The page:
Thoughts on the Book-Part 6

Posted On July 27, 2011

First, I apologize for the several months of hiatus. I was working on finishing a poem book with nature photographer Billy Joe Rhoades. Getting something like that to print takes a bit of effort. Second, thanks to those of you who leave comments regarding this series of blogs about Cat Bennett’s book, The Confident Creative: Drawing to Free the Hand and Mind. Now, back to the book . . .

We left off on p. 42, Chapter 8, where Cat gives several exercises for drawing what we see. Drawing with Tone and Contour Drawing is about softening the gaze and ‘looking’ at what is being drawn not for details, but for shades of color and the overall shape of the object. By seeing the shades of black to white and the type of lines that are drawn, we step back and observe the whole.

So often the focus in any art is on the details. Getting the eyes exactly right or the number of scales of the mermaid or just the right count in the measure to bring the song to the bridge or the chorus. There is something else to be seen by observing pieces of the whole but not the details. The shape of the face or eyes, the energy that the mermaid is expressing as she dives or surfaces, the feeling or improvisation that allows the musician to transition from one section of the song to the next offers a different perspective. Try backing away from a narrow focus and instead notice the tone, the shape of the line, or the emotion in the piece.

Sometimes, to shut the critic down, we need to do something unexpected. Try writing or drawing without looking at the paper or with your eyes closed. Attempt to write with your nondominant¬†hand or even draw the object upside down! This gets us away from the details, away from trying to get it right, and asks the muse to come play. What would happen if we took a photograph with our eyes closed instead of the intense focus through the viewfinder? Could we use our sense of touch to ‘feel’ where to sculpt the wood or stone? What if we closed our eyes while stir frying and instead used our sense of smell? The censor would be stunned into silence.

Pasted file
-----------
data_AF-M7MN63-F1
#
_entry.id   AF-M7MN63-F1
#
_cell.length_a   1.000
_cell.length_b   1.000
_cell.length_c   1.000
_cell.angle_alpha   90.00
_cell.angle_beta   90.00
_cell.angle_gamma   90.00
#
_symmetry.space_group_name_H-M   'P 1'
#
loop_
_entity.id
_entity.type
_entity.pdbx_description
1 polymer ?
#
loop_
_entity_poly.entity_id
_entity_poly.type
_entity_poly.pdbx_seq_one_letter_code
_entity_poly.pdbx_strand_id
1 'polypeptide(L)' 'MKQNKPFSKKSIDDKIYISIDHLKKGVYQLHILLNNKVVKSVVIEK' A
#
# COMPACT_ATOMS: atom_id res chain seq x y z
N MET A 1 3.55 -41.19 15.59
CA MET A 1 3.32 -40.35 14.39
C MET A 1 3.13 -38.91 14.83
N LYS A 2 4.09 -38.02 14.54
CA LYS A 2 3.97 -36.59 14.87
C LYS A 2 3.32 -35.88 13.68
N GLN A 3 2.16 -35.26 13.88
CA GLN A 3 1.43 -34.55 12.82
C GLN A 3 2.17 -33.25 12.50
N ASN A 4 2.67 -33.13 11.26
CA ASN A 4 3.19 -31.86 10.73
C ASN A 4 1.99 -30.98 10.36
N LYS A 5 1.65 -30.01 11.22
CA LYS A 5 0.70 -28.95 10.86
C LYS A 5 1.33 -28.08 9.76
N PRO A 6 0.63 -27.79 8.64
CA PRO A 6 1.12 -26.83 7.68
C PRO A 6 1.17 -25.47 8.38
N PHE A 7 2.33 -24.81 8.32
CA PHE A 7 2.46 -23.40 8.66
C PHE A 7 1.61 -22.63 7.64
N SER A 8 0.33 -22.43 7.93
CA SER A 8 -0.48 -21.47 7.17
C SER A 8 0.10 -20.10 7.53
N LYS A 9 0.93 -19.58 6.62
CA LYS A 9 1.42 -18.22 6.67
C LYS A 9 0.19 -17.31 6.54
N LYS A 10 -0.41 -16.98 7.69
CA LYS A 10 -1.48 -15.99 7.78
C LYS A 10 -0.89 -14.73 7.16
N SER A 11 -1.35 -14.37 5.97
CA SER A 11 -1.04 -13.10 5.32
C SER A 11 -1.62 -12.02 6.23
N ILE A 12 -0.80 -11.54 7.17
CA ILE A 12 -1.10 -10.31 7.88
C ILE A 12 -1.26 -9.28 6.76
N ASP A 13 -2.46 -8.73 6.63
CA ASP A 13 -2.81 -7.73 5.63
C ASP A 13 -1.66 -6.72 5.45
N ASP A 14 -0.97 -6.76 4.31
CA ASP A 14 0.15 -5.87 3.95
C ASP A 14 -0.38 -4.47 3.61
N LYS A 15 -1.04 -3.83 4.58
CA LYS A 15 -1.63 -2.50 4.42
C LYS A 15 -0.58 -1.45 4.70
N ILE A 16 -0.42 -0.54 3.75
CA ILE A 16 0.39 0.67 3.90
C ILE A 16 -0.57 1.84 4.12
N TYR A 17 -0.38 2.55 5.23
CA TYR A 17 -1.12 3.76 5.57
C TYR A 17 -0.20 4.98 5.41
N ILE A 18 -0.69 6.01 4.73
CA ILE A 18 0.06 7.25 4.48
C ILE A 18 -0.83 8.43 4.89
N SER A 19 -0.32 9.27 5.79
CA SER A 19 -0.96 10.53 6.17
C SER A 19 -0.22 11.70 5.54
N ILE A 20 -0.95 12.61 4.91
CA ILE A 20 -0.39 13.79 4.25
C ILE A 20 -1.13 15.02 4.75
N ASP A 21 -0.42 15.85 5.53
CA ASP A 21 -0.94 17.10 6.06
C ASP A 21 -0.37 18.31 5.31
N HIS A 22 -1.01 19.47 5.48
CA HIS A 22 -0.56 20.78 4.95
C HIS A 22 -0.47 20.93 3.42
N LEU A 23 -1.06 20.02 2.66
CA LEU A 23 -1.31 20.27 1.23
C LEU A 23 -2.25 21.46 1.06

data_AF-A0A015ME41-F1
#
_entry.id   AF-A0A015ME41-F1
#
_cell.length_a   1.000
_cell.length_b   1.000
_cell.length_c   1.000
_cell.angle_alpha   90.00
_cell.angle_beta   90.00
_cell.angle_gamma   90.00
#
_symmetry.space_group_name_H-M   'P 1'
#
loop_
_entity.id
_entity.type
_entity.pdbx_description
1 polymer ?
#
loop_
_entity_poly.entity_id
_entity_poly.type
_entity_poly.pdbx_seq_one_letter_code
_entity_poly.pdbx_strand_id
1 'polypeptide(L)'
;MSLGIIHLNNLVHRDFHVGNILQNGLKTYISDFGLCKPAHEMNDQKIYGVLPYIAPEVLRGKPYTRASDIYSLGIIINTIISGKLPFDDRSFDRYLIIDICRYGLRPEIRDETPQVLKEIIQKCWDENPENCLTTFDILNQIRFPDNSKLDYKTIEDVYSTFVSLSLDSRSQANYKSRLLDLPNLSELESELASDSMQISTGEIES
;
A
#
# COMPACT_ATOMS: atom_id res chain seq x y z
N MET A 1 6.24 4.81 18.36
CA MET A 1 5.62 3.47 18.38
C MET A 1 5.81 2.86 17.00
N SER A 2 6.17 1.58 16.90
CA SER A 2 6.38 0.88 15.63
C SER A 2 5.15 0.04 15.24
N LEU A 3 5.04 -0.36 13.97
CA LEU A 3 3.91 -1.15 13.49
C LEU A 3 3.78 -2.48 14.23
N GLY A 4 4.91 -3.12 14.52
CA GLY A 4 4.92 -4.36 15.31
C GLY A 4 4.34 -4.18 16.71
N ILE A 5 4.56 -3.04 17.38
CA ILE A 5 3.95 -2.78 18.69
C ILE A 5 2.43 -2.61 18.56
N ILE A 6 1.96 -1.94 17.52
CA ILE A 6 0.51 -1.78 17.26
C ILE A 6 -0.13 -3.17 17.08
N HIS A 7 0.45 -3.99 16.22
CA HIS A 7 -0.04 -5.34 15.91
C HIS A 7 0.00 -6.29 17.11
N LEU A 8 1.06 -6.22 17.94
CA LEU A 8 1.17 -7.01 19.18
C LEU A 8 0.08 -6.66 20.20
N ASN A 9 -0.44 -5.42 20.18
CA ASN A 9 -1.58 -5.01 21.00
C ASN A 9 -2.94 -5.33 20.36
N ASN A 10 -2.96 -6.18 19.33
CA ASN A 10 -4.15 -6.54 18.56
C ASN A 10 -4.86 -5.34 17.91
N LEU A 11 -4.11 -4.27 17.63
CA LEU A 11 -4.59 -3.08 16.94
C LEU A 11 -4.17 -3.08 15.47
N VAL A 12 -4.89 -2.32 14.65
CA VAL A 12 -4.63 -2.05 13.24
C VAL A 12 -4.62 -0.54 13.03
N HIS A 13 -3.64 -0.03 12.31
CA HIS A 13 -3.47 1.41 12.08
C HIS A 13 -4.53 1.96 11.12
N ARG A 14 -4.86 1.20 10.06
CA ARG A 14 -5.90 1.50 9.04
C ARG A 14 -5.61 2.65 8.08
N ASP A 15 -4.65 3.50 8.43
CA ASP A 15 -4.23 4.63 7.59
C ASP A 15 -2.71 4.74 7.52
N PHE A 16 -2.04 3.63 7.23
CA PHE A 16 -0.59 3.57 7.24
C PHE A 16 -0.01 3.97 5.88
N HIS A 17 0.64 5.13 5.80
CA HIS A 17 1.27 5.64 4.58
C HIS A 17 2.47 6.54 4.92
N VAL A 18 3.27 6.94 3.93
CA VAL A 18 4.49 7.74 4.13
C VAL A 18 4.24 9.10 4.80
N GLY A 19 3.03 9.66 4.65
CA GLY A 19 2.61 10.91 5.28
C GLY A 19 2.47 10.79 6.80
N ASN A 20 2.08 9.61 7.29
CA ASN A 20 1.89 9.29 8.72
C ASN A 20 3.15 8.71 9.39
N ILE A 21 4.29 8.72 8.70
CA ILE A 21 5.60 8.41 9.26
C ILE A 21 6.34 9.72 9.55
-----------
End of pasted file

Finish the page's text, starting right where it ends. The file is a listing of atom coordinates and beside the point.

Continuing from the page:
If we began with simple objects and grew more complex, with how much more ease could we drop into the well of creativity when we picked up the charcoal with our dominant hand or focused the camera or ‘saw’ what the wood or stone could become? The variety of objects we use to inspire us, to model for us, gives way to how we feel about our art and how we feel about ourselves. Are we brave enough to draw a tree upside down? Do we trust our muse that what we point our camera at is worth capturing?

And perhaps that is what so much art is about: having the courage to express what we feel, what we see, how we interpret the world around us without fear of criticism or wondering if someone will question our truth. These exercises and more (which will be posted in my next blog) encourage our artist to step out of the shadow of the critic and to tap dance across our imagination. There is power in leaving fear behind and having the muse step into the spotlight, to be vulnerable and know that we’ll come out the other side in one piece. There is no other option if we are to tell our truth through our art.

Choose an exercise. Be daring. Express your truth in a way that stuns the censor and gives the muse a safe place to just be. is a site to visit to see what I’ve come up with when I’ve written with my nondominant hand or with my eyes closed. Leave a comment and let me know how it felt to draw a pear upside down or to cook with your eyes closed.

Written by Michele Venne

Writer of immersive and intriguing stories.

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    • michelevenne

      Right! It’s just a matter of having enough guts time and time again.


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